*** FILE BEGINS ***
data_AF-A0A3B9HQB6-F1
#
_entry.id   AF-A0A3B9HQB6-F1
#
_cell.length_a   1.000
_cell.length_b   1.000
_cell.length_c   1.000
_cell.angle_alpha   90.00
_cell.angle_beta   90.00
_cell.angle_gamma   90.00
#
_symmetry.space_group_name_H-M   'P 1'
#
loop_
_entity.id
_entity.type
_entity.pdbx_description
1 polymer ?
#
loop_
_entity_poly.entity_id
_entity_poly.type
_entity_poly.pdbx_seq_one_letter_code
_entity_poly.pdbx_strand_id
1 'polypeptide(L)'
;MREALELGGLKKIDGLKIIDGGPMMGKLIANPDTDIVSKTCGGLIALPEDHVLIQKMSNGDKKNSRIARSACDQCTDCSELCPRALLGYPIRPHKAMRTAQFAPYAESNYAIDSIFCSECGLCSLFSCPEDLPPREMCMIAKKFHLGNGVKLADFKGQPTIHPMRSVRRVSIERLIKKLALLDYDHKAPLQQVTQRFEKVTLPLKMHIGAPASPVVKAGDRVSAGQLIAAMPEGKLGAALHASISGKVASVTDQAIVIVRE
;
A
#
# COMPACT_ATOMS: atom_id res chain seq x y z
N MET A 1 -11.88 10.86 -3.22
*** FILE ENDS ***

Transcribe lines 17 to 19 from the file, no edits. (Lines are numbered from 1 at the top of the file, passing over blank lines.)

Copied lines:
_entity.pdbx_description
1 polymer ?
#